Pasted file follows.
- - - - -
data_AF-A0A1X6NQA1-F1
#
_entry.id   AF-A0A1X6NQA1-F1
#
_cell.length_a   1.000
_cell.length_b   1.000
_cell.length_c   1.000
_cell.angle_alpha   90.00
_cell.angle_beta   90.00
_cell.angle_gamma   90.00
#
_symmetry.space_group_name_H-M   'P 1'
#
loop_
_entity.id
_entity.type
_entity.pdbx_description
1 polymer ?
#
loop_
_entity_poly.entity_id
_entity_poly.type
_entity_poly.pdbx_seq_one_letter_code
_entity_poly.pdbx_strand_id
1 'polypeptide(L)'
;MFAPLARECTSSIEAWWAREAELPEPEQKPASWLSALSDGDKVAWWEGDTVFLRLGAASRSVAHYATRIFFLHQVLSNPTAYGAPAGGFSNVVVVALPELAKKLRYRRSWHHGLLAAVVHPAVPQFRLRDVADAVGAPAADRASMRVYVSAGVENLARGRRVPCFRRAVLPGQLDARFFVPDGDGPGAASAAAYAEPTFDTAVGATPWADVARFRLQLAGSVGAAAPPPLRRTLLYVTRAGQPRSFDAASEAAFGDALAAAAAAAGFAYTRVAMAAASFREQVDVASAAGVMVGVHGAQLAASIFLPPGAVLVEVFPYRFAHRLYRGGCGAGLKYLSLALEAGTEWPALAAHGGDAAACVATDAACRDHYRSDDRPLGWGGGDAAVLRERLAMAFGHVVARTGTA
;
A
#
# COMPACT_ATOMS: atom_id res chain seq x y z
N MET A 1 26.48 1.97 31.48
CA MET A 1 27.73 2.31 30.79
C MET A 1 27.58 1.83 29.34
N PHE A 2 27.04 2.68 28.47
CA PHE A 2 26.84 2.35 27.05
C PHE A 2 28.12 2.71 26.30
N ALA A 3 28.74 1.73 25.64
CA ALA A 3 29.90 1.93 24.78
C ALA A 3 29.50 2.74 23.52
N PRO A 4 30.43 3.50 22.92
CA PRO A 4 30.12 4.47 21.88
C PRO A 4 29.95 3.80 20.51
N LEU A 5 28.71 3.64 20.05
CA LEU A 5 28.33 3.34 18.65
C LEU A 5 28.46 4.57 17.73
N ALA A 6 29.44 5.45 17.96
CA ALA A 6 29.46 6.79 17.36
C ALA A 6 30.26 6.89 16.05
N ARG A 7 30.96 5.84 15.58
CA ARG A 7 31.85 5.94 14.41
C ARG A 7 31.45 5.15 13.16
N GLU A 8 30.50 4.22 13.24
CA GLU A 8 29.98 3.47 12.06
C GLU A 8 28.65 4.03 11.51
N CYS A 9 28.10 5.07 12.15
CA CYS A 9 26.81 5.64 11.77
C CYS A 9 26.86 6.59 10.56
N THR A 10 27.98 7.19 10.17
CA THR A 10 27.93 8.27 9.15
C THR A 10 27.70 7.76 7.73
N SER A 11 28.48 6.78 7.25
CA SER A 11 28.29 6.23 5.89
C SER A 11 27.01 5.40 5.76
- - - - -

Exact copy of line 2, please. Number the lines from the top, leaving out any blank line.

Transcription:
#